Who: Tom Riggs, 67, of Clearwater, retired CEO of Directions for Mental Health
What: Tagliatelle With Prosciutto and Peas
About the Recipe: Cooking is "one of the nicest ways to express love," Riggs says. So it's fitting that on his wife's birthday in 2008, he served her his new recipe for tagliatelle — a meal she still remembers as "fabulous." Ever since Riggs began making his own fresh pasta, he'd been looking for a recipe with "a good combination of cream and peas and prosciutto." He found a recipe from Marcella Hazan's Essentials of Classic Italian Cooking and created his own version, adding ingredients like nutmeg to bring out "the nuttiness of parmigiano-reggiano." It's a light dish, he says, filled with flavor.
Tips: Riggs advises against using boxed pasta. Instead, if you don't have time to make it fresh, buy homemade pasta at Mazzaro's. And be sure to use real parmigiano-reggiano. "With generic Parmesan, you don't get that nuttiness, you don't get the complexity, of real parmigiano-reggiano," he explains.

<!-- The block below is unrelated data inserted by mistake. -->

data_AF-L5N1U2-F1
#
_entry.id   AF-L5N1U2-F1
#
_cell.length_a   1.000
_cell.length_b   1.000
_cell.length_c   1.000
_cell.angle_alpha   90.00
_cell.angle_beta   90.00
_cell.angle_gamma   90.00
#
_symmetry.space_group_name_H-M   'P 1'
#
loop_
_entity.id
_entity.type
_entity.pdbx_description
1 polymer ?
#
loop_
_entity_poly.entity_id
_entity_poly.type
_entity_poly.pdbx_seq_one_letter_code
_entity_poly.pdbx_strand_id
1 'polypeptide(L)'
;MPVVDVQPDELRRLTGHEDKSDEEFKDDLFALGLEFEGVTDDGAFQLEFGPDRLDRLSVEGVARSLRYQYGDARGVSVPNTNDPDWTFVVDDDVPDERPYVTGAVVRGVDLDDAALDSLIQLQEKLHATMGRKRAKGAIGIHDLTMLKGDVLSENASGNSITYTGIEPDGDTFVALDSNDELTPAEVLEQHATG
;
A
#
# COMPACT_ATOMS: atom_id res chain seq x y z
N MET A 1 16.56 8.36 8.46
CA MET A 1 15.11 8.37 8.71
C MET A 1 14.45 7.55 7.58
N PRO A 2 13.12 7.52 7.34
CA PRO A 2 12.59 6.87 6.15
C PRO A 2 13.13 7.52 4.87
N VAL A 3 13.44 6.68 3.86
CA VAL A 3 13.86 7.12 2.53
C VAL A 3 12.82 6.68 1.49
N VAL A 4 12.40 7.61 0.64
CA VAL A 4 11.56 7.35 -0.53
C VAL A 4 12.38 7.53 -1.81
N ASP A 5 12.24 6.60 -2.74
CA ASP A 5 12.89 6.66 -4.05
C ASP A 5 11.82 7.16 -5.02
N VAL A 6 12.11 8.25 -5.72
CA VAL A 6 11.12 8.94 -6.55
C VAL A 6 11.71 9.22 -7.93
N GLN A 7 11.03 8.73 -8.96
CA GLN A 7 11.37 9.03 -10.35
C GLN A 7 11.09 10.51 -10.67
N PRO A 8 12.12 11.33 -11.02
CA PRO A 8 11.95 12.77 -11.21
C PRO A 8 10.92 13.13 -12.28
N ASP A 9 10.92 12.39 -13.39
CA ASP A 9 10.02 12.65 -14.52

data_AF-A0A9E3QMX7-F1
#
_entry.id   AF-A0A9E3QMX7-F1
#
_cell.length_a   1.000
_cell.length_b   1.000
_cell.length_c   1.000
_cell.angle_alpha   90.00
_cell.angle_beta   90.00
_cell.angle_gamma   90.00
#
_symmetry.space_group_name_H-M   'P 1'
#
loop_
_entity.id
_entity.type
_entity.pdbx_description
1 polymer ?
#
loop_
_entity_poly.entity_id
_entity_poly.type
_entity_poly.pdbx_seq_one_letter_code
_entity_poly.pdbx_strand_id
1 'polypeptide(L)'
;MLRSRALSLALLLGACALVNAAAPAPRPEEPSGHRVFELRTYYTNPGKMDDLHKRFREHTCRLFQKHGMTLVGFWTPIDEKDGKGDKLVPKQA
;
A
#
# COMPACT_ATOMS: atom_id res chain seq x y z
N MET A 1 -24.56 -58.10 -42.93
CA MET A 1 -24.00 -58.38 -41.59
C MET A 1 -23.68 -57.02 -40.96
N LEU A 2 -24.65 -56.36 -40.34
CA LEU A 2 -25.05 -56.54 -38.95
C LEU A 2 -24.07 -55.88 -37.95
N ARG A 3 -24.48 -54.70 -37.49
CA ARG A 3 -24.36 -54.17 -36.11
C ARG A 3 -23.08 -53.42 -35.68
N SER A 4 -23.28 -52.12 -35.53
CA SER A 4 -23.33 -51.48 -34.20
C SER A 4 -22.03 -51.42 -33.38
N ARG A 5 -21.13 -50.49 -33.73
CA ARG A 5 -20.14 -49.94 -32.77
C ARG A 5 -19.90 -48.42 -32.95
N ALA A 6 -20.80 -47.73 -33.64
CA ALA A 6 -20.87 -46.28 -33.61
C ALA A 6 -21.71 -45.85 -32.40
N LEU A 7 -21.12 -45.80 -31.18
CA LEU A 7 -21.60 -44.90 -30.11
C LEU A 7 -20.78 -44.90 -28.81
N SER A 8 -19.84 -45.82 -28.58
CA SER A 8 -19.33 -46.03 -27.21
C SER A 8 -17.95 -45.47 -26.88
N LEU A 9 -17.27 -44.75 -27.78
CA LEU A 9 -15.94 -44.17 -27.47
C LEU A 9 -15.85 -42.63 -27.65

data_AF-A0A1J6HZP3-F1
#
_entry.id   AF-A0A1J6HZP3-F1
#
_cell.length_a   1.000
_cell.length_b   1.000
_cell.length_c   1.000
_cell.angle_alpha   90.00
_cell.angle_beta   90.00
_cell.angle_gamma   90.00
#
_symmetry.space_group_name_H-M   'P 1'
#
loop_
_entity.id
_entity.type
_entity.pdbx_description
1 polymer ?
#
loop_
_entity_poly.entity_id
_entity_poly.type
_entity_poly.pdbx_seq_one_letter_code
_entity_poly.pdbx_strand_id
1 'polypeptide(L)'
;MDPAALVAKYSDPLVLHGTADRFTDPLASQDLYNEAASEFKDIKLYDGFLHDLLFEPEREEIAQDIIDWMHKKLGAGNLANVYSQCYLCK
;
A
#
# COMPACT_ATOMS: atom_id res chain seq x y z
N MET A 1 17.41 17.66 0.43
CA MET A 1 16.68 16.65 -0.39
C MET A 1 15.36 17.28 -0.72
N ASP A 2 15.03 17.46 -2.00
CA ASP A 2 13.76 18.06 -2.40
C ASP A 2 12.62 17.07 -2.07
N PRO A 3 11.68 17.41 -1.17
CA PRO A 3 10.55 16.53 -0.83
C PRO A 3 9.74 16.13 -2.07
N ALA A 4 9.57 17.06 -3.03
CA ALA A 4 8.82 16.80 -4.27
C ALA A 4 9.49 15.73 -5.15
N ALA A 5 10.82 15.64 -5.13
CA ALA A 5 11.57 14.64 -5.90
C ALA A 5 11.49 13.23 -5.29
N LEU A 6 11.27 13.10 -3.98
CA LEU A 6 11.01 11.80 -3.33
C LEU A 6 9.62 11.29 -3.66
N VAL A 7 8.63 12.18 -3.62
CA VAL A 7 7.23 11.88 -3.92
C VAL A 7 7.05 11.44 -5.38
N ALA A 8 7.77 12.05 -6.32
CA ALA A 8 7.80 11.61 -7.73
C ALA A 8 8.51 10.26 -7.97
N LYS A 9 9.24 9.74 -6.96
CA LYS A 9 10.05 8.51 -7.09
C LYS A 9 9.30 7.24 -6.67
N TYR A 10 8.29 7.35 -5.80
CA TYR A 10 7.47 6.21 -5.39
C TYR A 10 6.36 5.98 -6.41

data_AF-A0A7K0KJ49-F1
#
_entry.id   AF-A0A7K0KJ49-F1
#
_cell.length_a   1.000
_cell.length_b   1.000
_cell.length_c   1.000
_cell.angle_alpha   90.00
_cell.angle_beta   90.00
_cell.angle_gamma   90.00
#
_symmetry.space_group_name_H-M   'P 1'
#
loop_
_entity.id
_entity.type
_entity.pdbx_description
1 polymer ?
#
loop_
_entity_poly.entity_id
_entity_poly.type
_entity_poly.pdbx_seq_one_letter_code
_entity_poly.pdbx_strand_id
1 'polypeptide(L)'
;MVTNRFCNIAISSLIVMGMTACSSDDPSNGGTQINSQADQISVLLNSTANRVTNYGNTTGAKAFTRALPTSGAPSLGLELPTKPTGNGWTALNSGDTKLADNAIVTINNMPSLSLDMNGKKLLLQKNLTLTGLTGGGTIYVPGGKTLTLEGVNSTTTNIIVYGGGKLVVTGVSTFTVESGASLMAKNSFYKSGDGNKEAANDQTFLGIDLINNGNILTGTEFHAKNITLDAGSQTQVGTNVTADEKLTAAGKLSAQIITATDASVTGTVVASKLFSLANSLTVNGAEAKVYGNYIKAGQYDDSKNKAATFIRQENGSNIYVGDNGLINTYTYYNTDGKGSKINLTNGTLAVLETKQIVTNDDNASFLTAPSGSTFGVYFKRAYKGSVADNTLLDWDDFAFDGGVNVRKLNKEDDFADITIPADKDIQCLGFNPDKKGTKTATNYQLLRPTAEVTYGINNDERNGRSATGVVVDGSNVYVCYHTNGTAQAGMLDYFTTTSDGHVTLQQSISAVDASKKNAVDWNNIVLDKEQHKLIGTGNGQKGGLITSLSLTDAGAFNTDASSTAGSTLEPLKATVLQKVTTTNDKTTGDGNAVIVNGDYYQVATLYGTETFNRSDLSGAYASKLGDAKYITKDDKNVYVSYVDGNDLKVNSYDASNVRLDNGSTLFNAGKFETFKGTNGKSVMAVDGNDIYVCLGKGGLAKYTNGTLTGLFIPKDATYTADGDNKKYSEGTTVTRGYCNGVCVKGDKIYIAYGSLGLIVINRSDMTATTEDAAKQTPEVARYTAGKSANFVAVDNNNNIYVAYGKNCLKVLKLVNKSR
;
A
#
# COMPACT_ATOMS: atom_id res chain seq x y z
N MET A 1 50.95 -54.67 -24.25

On the side: The pasta would go well with a Caesar salad or a meat course.
Can't cook without: "I'm still in love with our Le Creuset cast iron enamel cookware that we got as a wedding present. I still use the same Le Creuset pots that I used in 1973."
Why do you love cooking? "I think it's pleasing my family," he says. "Having them appreciate something I came up with is heartwarming to me." Riggs has always had a passion for cooking. Both he and his wife come from families who appreciate good food. His wife's grandparents were from Agropoli — an Italian town he remembers for its delicious buffalo mozzarella and view of Mount Vesuvius across the Tyrrhenian Sea. Visiting Agropoli and cooking with his wife's family has increased Riggs' love for Italian food. With Italian cooking, "it's all about the quality of the ingredients," he says.
What's the best meal you've ever eaten? For their honeymoon, Riggs and his wife planned a "trip to Europe around a meal at a restaurant called La Pyramide, in Vienne, France." He can still recall sitting outside under an oak tree, eating a "pear sorbet that tasted more like a pear than a pear does." They devoured course after course, but the simple dishes are the most memorable for him, like a serving of berries and cream. "We ate for about four hours I think," he says, adding, "We actually had a protein hangover the next day. Our joints hurt."
Emily Young, special to the Times
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